1. Jean's parents expected high standards of behavior and achievement and at least her father,
"the manager of the tiny universe of our family," was dominant in his control of her life as
a young woman. To what extent do you think it was good or bad for her in the long run?
Why did she think that if her father had been poor, she would have grown up faster?
Why was it that she felt she knew her father better than her mother?
2. What elements of Lorraine's life did Jean yearn for, and what elements of Jean's
life did Lorraine yearn for? Consider the same questions regarding Icy.
In what ways were each of them good for Jean? In contrast, what insensitivities
did Jean experience in school and at Camp Hanoum? How did she handle them and what did they teach her?
3. Was Andrebrook a good choice of school for Jean after high school? Why or why not?
What was Miss Weaver's lasting influence upon Jean? As is natural with a girl her age,
her relationships with girlfriends were very important. What did she learn about
how other girls acted toward each other and toward her, and what did this reveal
about what they thought. How did she view herself at this period? How did she
see herself in relation to others?
4. What were the responsibilities of Lucy in relation to Jean? What demands were
naturally placed upon her? Do you think the situation of having a blind sister
was hard on her or was she balanced enough that she wouldn't carry the burden
of Jean's life on her shoulders? How did Jean enrich her life?
5. What was your reaction when Jimmy sent a break-up letter to Jean's mother?
If you had been Jean's mother, what might you have done? Were you happy or
sad to see this relationship end? Did you have doubts about the wisdom of
Jean marrying Forrest and going out west?
6. How did each child view their family circumstances differently?
How did each one act out his/her opinions, yearnings, aches, embarrassments?
Which of the older three felt most injured or burdened by the blindness of
Jean and Forrest? How did their feelings manifest themselves?
7. How did Forrest and Jean see themselves in relation to the community of Ramona.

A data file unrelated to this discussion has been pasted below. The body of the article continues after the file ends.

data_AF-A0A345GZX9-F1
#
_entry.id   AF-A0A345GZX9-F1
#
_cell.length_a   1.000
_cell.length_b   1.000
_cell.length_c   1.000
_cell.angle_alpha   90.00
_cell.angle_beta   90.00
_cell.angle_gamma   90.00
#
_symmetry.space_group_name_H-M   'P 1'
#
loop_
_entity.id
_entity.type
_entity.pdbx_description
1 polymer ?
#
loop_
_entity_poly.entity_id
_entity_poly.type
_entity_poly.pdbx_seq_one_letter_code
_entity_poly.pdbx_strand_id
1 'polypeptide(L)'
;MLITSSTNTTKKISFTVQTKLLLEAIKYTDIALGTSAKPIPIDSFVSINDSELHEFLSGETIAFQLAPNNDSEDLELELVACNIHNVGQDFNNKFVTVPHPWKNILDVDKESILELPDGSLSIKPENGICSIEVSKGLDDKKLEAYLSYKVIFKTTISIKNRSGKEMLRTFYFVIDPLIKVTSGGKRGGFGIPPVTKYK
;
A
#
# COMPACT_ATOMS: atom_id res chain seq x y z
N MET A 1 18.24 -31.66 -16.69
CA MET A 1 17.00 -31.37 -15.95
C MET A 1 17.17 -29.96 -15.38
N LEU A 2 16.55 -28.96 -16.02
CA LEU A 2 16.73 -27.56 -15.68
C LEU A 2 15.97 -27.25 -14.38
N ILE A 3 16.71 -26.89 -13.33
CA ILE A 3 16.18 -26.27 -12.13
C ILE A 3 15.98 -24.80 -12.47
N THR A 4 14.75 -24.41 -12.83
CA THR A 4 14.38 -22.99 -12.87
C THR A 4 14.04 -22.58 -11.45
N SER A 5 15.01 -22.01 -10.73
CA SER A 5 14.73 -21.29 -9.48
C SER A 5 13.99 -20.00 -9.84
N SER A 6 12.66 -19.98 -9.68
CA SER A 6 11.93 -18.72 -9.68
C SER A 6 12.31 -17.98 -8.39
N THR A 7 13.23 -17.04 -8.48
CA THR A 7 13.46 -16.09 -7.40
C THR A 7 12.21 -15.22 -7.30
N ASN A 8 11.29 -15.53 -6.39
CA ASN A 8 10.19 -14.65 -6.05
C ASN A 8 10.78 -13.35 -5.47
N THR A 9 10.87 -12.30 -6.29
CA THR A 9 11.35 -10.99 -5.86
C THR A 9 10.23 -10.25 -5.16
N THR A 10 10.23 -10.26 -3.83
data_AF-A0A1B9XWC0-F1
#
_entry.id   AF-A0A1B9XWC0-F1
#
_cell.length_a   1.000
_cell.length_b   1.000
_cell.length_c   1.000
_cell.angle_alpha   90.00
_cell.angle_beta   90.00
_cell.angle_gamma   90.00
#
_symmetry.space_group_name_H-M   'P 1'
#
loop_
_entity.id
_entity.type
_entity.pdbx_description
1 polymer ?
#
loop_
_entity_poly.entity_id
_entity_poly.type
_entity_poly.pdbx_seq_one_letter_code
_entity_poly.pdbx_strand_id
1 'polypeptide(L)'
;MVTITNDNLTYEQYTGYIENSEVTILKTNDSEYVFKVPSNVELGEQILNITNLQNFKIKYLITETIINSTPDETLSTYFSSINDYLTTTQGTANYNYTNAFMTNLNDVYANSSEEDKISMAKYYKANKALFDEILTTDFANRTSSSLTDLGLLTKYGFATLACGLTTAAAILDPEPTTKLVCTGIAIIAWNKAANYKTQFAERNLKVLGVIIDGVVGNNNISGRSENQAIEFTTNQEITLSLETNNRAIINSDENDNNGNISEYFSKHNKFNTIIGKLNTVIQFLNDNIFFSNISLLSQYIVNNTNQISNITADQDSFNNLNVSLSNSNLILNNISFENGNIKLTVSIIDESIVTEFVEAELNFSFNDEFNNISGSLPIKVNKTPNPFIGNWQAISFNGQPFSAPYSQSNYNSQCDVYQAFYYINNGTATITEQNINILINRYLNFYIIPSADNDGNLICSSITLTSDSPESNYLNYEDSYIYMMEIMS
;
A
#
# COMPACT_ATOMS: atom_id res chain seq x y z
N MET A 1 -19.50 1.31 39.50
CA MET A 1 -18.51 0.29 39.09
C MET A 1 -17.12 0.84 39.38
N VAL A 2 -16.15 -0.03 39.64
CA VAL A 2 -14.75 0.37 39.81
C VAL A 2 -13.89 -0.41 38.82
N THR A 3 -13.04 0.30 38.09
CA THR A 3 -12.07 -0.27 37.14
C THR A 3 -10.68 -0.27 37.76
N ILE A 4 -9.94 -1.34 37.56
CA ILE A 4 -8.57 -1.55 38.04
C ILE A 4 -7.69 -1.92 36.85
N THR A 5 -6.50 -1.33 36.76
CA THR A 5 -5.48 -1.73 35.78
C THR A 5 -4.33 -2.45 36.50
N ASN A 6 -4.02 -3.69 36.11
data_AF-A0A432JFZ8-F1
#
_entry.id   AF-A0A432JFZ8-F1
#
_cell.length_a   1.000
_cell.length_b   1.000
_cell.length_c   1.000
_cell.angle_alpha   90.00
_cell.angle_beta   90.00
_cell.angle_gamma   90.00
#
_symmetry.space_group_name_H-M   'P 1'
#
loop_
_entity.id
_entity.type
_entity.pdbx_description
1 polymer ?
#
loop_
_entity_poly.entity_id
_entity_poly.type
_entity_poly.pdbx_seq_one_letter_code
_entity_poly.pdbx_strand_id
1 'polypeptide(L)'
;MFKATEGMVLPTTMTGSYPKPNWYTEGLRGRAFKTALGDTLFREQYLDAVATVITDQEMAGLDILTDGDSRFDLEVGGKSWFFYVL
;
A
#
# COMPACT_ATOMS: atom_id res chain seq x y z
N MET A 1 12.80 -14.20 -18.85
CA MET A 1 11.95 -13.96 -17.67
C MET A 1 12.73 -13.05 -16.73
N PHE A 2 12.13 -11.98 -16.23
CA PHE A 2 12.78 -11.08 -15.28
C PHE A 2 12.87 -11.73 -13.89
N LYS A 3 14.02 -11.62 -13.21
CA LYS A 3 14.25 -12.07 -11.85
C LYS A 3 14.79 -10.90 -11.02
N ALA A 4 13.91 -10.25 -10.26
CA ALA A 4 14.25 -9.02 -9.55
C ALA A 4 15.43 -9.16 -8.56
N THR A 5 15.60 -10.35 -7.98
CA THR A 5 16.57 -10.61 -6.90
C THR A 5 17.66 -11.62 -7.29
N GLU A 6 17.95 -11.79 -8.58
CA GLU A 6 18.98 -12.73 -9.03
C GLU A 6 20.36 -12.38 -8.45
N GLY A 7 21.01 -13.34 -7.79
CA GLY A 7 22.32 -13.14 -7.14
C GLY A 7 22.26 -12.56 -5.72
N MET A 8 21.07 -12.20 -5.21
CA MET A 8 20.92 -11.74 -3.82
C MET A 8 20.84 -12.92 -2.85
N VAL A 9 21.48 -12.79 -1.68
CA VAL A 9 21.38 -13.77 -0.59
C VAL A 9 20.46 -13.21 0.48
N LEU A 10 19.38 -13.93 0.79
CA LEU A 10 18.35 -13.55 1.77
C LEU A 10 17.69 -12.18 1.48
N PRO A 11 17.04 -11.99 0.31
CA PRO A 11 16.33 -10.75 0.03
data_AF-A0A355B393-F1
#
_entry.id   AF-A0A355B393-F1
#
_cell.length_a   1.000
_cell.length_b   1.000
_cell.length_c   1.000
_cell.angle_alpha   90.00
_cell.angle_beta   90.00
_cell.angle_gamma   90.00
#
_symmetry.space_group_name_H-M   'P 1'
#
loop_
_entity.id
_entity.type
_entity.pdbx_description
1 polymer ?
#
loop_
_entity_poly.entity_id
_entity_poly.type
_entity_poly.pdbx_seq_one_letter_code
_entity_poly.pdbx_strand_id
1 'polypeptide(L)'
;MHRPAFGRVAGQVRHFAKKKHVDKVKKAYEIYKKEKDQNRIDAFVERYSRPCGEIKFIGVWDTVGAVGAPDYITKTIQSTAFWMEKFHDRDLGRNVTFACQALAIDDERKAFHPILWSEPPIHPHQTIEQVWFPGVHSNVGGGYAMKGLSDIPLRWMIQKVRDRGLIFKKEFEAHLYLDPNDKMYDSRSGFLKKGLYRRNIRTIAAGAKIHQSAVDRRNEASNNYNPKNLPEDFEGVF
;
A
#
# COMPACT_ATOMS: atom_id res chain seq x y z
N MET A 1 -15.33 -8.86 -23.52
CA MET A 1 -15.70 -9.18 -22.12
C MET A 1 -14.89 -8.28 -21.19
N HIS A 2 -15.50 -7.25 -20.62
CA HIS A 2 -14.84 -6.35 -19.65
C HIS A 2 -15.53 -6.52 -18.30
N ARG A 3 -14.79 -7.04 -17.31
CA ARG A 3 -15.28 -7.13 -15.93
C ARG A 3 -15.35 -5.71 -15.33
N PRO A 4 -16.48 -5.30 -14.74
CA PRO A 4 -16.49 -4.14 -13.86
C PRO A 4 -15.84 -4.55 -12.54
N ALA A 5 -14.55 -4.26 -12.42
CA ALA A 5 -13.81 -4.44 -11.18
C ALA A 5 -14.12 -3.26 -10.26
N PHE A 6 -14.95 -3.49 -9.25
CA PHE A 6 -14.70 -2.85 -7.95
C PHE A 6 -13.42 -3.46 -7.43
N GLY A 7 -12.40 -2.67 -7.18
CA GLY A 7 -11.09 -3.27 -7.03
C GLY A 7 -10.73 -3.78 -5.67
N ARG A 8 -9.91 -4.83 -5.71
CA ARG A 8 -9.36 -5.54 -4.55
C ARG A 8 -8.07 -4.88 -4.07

Were they aware that they were the subject of gossip and judgment?
How did this affect them and how did they deal with it? How did they see
themselves in relationship to the Holly family and the Treadway family?
Were they an island unto themselves?
8. From twelve years old onward, Jean's life seems like one continual string of challenges.
Besides lack of freedom of movement, cooking, and housekeeping, what were some specific
challenges? Consider emotional challenges as well as physical ones.
What were the joys and the comforts that compensated for the challenges?
Why did she hug the Chinese elm?
9. How did Forrest help Jean to discover a deeper vision? What did she contribute to his growth of character? What did their spiritual life consist of? What underlying attitudes and faiths kept them going and striving and enjoying life?
10. How would growing up in this family affect the living of the rest of your life
if you were Forrie? Faith? Billy?
11. What would it be like for you to have your family life recorded in a book?
Are there episodes that you would wish not to be included? What feelings do
you have for the real family members who permitted the author free reign?
What do you think Jean's motives might have been to agree to such a project?
What aspects of their story do you think it might have been hardest for Jean,
Forrest, and the children to release and relive?
12. How do you think writing this first book and this particular book
prepared Susan Vreeland to proceed with writing other novels?